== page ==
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Improving quality of life in kidney disease patients: new insights from the NURTuRE biobank

A new study using information from NURTuRE by Professor Simon Fraser and Dr Thomas Phillips from Southampton University has identified factors that may reduce health-related quality of life (HRQoL) in kidney disease patients who are not yet on dialysis. All causes found by the research team are potentially modifiable, and could provide targets for medical and lifestyle interventions. 

Maintaining a good quality of life is important for everyone, but can be especially challenging for people living with chronic kidney disease (CKD). Reduced quality of life is more frequent in CKD patients and is also associated with poorer outcomes, increasing the urgency to better understand how and why this problem occurs. 

What is quality of life?

Quality of life refers to an individual’s view on how well they are, their happiness and ability to undertake different tasks, HRQoL describes the impact of illness on this. Maintaining a good HRQoL is an important treatment aim. 

There are various different ways that HRQoL can be measured for research studies, including specialised questionnaires. 

Important insights from NURTuRE

By analysing the patient information securely held in NURTuRE, Simon, Tom and colleagues found that almost 75% of patients who met the selection criteria (including not yet being on dialysis) reported reduced HRQoL. This included problems with mobility, self-care, pain, anxiety and depression. They then looked at characteristics of patients who reported reduced HRQoL in order to determine any trends or patterns, and found that being older, female gender and living with other medical conditions were linked to reductions in HRQoL. 

Importantly, the research team wanted to identify issues that could be the focus of strategies to improve HRQoL (known as ‘modifiable risk factors’) and spoke to patients to ensure that they understood their beliefs and experiences on this. Tom/Simon commented: ”By working closely with a panel of patient advisors we were able to identify risk factors that they felt could be successfully targeted, either through lifestyle changes or different approaches to treatment. It was important to take this approach to ensure that our research findings could be directly applied to kidney patients, and we would like to thank everyone involved for their support”. 

Supporting patients in the future

Potentially modifiable factors found to be linked with patients having poorer overall HRQoL included limited understanding of their medical conditions, being on ten or more different regular medications (known as ‘polypharmacy’), taking certain types of medicines, reduced muscle mass, certain mental health conditions, changes in some blood test results and higher body mass index. Importantly, the team also found that taking a type of medication called renin angiotensin system inhibitors was linked to improved HRQoL. Simon/Tom added “Living well with CKD is challenging, and as well as managing kidney problems it is important to consider well-being and HRQoL. NURTuRE has allowed us to pinpoint some of the factors that could be modified in order to benefit this vulnerable population."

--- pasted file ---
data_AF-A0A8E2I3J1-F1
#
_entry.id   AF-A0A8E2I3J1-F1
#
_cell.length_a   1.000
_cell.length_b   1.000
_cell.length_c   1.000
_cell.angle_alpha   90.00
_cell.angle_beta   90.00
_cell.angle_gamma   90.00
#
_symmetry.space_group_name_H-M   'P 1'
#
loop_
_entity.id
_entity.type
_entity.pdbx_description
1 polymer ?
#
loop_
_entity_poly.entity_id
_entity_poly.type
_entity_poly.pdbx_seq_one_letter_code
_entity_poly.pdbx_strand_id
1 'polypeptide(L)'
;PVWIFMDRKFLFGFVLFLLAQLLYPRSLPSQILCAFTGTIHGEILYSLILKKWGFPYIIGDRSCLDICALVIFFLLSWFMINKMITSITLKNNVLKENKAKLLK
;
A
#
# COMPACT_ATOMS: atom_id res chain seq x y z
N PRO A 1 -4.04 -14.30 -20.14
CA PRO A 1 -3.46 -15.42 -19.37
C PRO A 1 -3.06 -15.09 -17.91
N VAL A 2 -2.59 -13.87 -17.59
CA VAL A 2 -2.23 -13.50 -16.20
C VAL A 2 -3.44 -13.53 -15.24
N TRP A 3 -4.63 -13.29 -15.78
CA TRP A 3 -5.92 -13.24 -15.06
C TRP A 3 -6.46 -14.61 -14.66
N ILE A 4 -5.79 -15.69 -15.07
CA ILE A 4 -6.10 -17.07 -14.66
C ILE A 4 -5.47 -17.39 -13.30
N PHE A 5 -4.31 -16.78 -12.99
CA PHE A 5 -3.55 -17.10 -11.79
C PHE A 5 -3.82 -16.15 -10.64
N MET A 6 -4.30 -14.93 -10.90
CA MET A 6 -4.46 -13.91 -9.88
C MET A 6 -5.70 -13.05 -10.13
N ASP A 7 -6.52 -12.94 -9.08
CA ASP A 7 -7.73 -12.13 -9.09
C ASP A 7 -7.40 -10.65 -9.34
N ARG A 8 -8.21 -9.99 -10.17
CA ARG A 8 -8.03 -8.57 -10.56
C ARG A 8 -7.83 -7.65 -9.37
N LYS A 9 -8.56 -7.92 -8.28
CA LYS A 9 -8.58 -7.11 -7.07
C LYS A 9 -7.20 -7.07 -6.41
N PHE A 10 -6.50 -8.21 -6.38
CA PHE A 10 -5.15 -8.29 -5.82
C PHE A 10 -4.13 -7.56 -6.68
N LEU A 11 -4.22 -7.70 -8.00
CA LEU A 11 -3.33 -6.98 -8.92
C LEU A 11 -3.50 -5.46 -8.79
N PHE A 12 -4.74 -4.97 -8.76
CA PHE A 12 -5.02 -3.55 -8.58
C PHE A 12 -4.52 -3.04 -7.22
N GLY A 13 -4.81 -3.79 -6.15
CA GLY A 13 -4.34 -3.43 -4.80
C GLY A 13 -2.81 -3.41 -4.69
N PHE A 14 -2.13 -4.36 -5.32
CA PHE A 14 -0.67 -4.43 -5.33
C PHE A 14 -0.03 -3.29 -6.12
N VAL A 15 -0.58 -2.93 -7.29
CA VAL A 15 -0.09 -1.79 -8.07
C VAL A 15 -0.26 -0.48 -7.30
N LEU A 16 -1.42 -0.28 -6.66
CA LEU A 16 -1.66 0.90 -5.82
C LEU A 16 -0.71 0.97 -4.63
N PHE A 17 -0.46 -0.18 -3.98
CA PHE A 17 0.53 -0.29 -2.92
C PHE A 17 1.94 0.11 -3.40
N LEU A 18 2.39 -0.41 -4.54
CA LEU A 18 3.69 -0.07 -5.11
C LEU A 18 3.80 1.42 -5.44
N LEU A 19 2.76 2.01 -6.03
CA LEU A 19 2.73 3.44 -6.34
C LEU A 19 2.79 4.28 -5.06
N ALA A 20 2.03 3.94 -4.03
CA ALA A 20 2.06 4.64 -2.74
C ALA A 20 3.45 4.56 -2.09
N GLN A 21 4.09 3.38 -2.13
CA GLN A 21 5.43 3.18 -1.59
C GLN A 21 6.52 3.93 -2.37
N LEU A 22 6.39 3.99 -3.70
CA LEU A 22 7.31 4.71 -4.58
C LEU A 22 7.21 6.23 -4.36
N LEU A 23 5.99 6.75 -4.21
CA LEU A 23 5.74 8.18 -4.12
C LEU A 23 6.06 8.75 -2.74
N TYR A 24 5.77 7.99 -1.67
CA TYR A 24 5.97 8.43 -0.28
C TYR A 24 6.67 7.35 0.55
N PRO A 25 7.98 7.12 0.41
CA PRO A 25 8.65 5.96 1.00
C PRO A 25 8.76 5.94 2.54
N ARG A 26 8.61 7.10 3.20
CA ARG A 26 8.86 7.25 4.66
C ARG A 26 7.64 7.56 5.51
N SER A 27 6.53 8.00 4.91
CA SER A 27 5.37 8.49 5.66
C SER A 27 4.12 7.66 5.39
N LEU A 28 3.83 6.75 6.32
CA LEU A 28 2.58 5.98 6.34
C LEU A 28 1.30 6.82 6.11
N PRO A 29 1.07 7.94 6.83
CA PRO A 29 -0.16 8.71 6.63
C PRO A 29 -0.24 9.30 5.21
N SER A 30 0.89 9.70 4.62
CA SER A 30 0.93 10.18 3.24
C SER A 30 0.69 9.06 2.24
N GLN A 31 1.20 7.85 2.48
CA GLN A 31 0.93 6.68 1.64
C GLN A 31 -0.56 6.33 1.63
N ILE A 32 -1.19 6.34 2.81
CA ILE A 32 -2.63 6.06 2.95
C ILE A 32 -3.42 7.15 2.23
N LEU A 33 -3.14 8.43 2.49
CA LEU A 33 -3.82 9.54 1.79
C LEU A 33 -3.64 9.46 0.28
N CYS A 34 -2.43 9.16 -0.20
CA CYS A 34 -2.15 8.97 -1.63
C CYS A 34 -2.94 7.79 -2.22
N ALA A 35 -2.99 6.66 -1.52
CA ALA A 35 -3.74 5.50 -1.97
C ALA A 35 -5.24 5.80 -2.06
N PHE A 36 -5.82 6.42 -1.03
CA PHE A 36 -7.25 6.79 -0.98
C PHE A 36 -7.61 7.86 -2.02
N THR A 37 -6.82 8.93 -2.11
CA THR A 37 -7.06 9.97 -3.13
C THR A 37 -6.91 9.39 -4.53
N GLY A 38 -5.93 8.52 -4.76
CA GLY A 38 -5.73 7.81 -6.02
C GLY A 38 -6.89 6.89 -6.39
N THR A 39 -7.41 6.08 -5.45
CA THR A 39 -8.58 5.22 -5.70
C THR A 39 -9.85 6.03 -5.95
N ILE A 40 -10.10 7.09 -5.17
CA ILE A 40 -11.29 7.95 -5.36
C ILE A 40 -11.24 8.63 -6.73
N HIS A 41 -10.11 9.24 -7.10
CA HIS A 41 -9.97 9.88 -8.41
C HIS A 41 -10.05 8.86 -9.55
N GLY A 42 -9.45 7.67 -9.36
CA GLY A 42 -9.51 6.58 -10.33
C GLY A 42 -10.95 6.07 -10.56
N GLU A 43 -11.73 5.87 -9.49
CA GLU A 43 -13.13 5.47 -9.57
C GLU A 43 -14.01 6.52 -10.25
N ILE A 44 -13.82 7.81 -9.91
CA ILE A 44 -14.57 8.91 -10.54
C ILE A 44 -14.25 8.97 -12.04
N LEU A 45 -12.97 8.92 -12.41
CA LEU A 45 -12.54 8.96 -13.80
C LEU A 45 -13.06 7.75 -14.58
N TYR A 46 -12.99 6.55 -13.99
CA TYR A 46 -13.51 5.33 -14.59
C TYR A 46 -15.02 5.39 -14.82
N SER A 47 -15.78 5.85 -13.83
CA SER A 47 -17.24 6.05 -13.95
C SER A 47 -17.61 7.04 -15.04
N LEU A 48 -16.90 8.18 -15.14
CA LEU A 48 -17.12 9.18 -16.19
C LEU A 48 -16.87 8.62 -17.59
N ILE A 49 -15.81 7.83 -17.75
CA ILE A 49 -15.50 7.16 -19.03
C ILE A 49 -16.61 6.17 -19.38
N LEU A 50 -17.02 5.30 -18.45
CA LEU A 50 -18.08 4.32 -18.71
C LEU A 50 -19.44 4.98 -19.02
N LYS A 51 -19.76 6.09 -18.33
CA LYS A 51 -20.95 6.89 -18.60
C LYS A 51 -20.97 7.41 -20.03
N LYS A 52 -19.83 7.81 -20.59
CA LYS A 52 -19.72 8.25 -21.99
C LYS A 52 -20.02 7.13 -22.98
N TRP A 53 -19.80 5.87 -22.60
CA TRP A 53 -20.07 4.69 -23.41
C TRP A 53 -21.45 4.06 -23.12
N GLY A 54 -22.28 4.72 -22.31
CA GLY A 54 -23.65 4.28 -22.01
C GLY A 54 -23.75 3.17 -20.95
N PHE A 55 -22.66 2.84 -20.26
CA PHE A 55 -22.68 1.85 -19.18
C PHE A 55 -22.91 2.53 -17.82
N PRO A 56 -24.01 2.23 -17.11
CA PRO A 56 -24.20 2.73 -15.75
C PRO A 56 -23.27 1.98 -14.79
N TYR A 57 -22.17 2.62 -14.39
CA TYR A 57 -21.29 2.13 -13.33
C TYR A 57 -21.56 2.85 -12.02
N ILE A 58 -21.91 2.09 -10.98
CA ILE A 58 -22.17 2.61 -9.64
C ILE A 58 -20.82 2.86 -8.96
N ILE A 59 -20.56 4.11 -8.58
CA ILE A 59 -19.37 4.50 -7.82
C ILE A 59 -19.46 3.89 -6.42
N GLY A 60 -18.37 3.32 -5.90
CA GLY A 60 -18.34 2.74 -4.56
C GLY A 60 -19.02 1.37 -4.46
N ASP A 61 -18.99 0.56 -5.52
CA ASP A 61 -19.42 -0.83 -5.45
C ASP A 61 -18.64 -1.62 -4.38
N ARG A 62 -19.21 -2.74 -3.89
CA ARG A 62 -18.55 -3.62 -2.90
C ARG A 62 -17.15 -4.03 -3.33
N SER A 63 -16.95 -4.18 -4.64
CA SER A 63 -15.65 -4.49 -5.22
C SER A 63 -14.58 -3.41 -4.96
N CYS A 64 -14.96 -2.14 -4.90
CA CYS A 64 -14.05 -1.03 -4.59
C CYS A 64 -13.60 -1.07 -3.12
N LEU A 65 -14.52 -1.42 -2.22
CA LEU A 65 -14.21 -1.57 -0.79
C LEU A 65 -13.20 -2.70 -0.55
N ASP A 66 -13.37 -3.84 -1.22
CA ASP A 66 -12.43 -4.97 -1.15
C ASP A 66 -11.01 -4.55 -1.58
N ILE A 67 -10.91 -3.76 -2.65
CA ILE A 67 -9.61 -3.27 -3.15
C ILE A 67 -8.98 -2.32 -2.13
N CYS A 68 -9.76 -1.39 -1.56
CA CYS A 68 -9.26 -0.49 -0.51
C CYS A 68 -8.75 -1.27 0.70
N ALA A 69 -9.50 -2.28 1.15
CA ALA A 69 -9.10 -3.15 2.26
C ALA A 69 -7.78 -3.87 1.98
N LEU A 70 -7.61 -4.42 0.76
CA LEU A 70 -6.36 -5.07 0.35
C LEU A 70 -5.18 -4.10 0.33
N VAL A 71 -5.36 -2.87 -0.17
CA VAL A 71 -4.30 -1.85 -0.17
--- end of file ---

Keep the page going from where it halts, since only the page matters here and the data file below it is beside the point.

Because NURTuRE has been following people up over time, the team will next investigate how HRQoL changes for people with CKD over several years. If it has got worse for some of the patients, Simon and Tom will explore the things that might have caused that, providing valuable insights into future strategies to prevent these problems in patients living with kidney disease 

Michael Nation, director of NURTuRE at Kidney Research UK commented: “NURTuRE simply wouldn’t have been possible without the generous support and participation of patients living with kidney disease. We are delighted to share these early results which clearly demonstrate the potential for NURTuRE to support this community; I’d like to thank Tom, Simon and everyone involved in the study, and look forward to the next set of results”. 

About NURTuRE

NURTuRE securely holds information and biological samples (such as blood and urine) from patients living with different types of kidney disease in the UK, providing a unique resource to support important new research. To date, patients diagnosed with chronic kidney disease (CKD) and idiopathic nephrotic syndrome (INS) have been included in NURTuRE, with acute kidney injury (AKI) the next area of interest. 

The NURTuRE team collected and securely stored biological samples from approximately 3,000 patients with CKD and plan to include up to 800 patients with idiopathic nephrotic syndrome (INS). This type of collection of samples for research is known as a ‘biobank’. In addition to samples of blood, urine, DNA and body tissues, NURTuRE includes baseline data on patients (such as age) and will link to long-term clinical (healthcare) data through the UK Renal Registry and NHS Digital. The information in NURTuRE will support crucial new research, offering hope to many patients living with kidney diseases. 

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